The tech lines have been buzzing with after BlackBerry announced over the last couple of days that it was considering "joint ventures," which, in simpler terms, indicated that the Canadian firm was gearing up for a potential buyout. Now, the company has gone a step further by officially hanging the "for sale" sign at its headquarters, and the once-mighty brand’s monumental fall from grace has been certified.
Five years ago, BlackBerry couldn’t put a foot wrong in the mobile industry. For enterprises, it was the go-to company for secure, powerful communication services, but with its sluggishly slow transition to the touch-based ecosystems of the modern day, its large consumer base began jumping to Android and iOS in their millions.
Of course, BlackBerry wasn’t just about enterprise – it had a significant following with general consumers, too – but with Apple in particular having built smartphones offering the kind of reliable infrastructure that made BlackBerry such a hit, the Toronto-based company has looked bereft of ideas over the past twelve months.
The BlackBerry 10 ecosystem, in fairness, is relatively strong, but as many have been quick to point out, it needed to have arrived some two years before it actually did. Now, it joins Microsoft’s Windows Phone 8 in the platforms apparently fighting a losing battle, and with BlackBerry being the latest casualty, one has to wonder if it’s just a matter of time before Microsoft’s overtly flagging mobile efforts begin to hit the fan.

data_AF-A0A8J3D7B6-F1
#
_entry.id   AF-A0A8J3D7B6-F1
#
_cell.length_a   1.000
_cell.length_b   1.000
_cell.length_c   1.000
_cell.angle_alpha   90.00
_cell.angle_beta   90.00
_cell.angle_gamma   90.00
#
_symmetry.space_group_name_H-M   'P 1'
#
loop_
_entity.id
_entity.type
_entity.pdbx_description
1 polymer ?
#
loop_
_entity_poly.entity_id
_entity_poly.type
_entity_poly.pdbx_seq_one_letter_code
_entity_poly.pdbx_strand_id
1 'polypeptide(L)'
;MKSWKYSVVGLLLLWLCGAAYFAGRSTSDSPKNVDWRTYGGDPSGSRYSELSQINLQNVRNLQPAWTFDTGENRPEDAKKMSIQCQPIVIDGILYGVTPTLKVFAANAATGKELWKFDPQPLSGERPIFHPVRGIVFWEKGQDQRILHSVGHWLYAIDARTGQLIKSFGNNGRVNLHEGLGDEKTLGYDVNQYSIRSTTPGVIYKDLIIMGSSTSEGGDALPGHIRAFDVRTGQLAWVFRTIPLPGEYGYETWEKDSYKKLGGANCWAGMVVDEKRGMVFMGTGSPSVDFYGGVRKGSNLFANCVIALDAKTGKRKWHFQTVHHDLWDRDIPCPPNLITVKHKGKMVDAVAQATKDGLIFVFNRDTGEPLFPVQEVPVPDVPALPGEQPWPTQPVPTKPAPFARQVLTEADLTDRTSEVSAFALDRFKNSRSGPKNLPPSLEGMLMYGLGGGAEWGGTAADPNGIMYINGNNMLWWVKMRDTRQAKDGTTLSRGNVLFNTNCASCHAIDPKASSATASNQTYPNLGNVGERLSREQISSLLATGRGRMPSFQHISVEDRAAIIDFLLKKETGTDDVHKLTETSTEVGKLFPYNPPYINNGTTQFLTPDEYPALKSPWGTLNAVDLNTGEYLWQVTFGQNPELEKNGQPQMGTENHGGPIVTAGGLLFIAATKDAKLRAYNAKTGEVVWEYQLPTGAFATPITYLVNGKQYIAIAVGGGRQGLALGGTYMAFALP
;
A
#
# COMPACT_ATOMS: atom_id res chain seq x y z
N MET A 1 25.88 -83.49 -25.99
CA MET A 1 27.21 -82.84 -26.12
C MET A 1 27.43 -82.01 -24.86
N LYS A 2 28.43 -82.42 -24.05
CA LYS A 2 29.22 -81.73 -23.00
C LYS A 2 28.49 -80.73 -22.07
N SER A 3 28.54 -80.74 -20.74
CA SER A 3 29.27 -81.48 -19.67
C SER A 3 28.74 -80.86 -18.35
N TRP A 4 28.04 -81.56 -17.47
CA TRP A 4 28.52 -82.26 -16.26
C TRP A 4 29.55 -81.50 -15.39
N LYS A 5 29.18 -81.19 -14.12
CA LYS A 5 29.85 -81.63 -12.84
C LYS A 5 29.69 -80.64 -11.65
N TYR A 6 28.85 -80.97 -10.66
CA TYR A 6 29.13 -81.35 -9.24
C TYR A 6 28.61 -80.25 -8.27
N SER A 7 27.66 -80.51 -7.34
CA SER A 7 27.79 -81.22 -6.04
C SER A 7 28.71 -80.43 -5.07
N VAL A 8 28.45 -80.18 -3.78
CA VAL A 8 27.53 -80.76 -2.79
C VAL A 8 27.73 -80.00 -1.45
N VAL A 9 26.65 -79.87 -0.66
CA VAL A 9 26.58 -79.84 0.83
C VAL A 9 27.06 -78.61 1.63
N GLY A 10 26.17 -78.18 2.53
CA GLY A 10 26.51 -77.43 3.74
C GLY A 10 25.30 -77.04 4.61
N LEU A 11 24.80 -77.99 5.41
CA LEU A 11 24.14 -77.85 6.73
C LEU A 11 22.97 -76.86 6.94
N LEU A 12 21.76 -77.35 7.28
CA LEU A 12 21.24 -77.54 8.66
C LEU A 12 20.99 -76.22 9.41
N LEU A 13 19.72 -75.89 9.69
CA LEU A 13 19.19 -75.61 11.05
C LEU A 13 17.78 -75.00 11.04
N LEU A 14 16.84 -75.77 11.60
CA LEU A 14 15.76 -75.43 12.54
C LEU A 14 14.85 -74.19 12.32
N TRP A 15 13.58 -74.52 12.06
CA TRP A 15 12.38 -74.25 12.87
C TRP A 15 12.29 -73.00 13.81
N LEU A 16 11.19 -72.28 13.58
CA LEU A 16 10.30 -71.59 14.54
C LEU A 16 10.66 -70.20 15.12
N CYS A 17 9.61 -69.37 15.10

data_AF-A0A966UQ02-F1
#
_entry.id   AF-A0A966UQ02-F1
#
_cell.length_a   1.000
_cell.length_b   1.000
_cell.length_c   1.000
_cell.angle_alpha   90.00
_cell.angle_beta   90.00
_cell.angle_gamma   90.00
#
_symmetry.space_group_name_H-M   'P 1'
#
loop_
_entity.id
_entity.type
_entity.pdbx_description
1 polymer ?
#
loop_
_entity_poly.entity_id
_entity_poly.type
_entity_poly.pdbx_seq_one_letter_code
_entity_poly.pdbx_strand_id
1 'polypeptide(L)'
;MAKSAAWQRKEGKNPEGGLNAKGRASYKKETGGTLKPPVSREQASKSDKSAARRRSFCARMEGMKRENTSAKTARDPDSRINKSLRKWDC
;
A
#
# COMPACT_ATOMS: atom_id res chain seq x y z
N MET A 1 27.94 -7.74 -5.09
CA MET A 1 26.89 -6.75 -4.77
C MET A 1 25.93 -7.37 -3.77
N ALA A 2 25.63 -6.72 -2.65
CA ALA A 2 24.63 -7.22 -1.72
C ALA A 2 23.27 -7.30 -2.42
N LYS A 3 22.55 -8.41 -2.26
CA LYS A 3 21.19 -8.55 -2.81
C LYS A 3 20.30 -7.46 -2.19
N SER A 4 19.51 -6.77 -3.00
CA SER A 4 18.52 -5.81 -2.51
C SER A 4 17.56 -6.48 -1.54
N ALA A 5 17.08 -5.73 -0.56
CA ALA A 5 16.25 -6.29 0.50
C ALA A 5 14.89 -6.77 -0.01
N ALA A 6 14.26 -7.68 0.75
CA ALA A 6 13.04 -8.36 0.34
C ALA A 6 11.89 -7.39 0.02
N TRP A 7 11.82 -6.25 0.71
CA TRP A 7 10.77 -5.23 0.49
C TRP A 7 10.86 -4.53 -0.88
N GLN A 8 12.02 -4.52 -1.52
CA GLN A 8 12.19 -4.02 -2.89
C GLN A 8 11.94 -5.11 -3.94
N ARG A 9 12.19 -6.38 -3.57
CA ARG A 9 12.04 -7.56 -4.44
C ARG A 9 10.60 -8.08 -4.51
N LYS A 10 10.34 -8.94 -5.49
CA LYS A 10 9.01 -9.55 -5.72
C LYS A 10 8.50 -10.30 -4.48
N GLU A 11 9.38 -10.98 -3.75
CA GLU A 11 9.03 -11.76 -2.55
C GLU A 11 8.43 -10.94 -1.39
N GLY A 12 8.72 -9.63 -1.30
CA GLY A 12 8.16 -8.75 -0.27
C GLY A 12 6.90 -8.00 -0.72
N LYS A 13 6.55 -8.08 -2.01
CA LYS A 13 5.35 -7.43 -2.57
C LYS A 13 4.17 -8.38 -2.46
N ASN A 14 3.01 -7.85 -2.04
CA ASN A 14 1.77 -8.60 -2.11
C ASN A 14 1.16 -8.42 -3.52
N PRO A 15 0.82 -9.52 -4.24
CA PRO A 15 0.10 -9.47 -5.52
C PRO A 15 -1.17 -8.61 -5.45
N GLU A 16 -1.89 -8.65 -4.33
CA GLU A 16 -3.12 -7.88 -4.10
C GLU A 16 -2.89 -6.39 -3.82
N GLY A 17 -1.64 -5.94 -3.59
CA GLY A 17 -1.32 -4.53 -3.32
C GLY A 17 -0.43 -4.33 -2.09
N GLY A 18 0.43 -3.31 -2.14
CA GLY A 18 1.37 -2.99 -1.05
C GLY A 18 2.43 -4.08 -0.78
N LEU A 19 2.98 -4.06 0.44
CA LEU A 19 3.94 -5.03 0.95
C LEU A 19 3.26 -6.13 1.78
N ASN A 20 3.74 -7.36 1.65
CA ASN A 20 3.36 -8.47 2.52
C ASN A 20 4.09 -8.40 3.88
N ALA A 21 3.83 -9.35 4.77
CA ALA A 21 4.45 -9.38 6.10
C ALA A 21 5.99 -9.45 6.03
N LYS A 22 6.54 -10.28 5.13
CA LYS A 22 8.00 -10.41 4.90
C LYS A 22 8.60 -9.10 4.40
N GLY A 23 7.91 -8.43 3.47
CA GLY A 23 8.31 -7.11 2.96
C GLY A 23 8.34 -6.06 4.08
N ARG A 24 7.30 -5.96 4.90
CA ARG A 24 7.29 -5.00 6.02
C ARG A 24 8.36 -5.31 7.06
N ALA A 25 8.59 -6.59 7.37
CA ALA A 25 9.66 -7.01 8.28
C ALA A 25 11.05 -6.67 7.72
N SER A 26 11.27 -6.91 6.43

The mobile market is one of the fastest-moving, and since the introduction of the iPhone back in 2007, things have changed dramatically. While Google duly read the memo and built a now very strong competitor in Android, BlackBerry’s blind faith in its long-standing designs and philosophies now look as though they’ve come back to bite.
Thorsten Heins, the company’s CEO, has noted that he sees "compelling long term opportunities" for new operating system it has built from the ground up, but while all kinds of names have been thrown up in the buyout hat including Nokia, Lenovo and HTC, it remains a period of marked uncertainty for a former giant of the mobile game.
Certainly, it’s a shame to see one of the mighty fall so hard, but had the company made the moves it should have, when it should have, this predicament could well have been avoided, and we could be talking about a three-horse race in the mobile game, rather than a duel between Apple and Google.
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